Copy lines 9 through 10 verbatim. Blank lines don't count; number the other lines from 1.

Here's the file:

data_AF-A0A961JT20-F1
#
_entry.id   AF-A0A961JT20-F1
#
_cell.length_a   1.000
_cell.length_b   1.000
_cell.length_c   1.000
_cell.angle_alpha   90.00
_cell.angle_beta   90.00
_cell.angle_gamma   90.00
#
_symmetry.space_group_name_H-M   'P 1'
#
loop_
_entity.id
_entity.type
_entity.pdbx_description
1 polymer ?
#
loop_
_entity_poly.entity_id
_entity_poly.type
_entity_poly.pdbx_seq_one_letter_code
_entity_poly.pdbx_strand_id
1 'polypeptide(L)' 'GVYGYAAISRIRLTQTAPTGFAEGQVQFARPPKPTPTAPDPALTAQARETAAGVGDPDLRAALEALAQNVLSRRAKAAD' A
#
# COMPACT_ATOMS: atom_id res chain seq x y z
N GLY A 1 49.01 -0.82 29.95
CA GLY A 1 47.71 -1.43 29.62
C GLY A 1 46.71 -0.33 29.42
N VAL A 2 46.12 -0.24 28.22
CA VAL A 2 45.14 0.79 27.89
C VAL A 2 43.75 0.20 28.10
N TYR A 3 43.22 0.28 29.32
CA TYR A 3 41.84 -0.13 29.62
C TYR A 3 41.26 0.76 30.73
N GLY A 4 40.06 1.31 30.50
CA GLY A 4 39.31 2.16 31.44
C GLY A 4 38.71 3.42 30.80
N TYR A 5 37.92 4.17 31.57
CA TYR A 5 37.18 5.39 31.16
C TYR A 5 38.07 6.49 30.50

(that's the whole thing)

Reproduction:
_cell.angle_beta   90.00
_cell.angle_gamma   90.00